But when it comes to our work, our chosen profession, our output for others, our art -- then "good enough" takes on a different meaning. Even more so in a Conceptual Age, what we leave behind us as we go through this life becomes more important. The contacts and friends we make, the sharing we do, the human-ness of ourselves. As an added bonus, we can rest easy that there is no competition. No one can be a better me than I can - no one can be a better you than you can. Our work is our best, when we are at our best. Our decisions are the best we can make with the information at hand. In time, of course, we have to forgive ourselves that our information may not have been complete, our decisions and our creations may not be the best we can do today -- but when they were made, when they were our projects -- we did the best we could with what we had.

I'm getting hungry. For no good reason, I think I will go make a cake.

Thursday, June 16, 2005


There comes a time when there is no escaping it. The personal living space must be straightened out, dusted off, wiped down and made presentable to the outside world. For some it is easier than for others. Some folks just dust off the top of the refrigerator, run the vacuum around the room long enough to scare the cat, spray and wipe down the bathroom porcelain, and empty the trash. They are ready for visitors. For the rest of us -- well, we have more stuff than we have places to put that stuff, and not all of that stuff should be seen by visiting eyes. Underwear and personal enrichment cassettes aside, there are things we own that we just don't need others to know about us.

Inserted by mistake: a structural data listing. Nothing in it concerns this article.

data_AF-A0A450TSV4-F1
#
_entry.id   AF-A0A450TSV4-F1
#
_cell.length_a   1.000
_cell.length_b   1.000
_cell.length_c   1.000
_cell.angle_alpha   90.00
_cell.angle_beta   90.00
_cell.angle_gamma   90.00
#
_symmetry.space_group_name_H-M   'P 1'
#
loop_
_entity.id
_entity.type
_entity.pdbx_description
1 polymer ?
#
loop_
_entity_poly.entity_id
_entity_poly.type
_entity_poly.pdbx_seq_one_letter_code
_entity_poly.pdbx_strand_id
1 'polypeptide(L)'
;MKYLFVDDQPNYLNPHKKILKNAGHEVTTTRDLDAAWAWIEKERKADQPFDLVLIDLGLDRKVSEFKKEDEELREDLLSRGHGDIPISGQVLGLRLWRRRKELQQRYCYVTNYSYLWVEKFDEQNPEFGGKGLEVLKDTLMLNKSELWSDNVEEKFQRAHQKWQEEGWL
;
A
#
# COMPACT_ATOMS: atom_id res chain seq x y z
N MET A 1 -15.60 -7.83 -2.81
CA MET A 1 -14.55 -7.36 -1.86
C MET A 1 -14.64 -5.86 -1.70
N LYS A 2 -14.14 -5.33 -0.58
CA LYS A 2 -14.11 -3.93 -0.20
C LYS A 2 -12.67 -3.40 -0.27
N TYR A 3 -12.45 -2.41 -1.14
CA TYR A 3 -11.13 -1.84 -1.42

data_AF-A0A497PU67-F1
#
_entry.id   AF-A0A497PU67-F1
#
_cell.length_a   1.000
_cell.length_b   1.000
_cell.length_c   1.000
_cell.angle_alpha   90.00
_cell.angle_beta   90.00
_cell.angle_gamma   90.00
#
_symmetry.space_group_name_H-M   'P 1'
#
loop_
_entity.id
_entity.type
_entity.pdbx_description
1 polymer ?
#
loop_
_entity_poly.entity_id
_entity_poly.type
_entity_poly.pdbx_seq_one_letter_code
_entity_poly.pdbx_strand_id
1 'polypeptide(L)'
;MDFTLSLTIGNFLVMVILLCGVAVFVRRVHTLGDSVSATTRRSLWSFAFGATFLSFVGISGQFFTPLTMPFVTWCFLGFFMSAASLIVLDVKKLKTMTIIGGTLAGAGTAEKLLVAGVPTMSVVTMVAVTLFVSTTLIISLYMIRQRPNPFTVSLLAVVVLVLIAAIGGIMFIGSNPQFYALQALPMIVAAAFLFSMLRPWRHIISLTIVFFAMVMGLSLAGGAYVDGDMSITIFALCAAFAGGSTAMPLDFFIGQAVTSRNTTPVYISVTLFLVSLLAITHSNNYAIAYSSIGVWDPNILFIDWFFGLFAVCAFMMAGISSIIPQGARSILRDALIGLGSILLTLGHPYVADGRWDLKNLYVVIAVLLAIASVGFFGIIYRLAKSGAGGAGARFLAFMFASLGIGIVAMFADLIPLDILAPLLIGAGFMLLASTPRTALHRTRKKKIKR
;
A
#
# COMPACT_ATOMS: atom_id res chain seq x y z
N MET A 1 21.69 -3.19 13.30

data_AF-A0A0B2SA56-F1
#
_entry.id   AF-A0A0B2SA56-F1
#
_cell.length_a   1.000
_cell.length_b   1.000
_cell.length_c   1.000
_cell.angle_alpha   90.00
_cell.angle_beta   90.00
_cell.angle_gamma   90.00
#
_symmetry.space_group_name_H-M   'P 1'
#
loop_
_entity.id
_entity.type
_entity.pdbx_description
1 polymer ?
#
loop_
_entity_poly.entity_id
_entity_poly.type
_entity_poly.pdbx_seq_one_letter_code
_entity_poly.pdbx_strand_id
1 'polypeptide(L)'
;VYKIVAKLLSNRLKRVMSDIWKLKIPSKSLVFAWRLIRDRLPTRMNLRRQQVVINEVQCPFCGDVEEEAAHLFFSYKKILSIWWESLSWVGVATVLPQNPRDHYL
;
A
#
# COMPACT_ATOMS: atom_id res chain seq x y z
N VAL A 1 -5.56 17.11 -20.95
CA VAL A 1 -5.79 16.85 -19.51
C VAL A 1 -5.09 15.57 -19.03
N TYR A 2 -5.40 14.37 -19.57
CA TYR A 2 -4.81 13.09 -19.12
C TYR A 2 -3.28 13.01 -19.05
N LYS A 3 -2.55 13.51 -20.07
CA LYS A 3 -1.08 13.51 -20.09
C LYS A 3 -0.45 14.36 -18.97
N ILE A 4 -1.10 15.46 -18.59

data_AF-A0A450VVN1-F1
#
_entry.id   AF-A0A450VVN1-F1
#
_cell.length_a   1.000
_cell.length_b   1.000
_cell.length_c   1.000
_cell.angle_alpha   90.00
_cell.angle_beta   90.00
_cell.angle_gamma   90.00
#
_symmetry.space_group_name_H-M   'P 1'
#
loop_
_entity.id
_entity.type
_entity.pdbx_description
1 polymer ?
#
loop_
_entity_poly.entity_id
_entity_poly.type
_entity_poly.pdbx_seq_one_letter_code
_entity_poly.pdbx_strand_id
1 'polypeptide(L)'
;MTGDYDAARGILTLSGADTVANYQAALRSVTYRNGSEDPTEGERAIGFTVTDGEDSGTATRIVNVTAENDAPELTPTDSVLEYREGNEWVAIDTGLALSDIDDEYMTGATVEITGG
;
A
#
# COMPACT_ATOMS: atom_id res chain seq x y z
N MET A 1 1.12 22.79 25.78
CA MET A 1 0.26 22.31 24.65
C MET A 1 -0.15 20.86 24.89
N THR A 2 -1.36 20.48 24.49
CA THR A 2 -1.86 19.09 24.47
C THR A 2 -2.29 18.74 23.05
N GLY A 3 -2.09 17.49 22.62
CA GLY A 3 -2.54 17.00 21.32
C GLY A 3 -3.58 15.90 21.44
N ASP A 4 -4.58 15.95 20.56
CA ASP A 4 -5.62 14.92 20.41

Nobody needs to know I own an iron and an ironing board. Like my thirty year old sewing machine and vintage sewing supplies, this says things about me I would prefer to keep to myself: I do not sew well, (nor often) and I iron every ten months or so. These things must be out of the visitor's line of vision. No one needs to see the wonderful grapevine basket full of purple yarn and a 3/4 finished crib blanket that I started 'way back when my second-to-the last grandson was born. Since him, there has been another grandson, a great grandson, three great granddaughters, and several friends with babies that have entered my life and the purple crib blanket is still unfinished. No one needs to see it, no matter how good, how domestic, how 'designer placed' it looks in its grapevine basket next to the book case.

No one needs to know I have a table fountain and some wonderful stones upon which the water tumbles in what my cat believes is surely her own personal water fountain. Where I live, the water is extremely limey -- and a deposit forms almost immediately on the stones. I''ve tried diluting the water with vinegar, but Liberty the Cat is totally opposed to this, and besides, the aroma of vinegar counteracts the tranquillity of such a fountain in the first place. I should probably give it away -- the fountain, I mean -- and be done with it. But you know, I have wanted one of those things for years and years, and when I bought it, several years ago on e-bay, I got such a deal! I could buy bottled water specifically for the fountain, but I suspect some of the stones are limey, because when I tried it (once, a long time ago) the lime deposit was delayed only a day or two. No one needs to see this decrepit fountain. And if I put it in the closet, I have to take something else OUT of the closet, and I can't figure out what that item should be.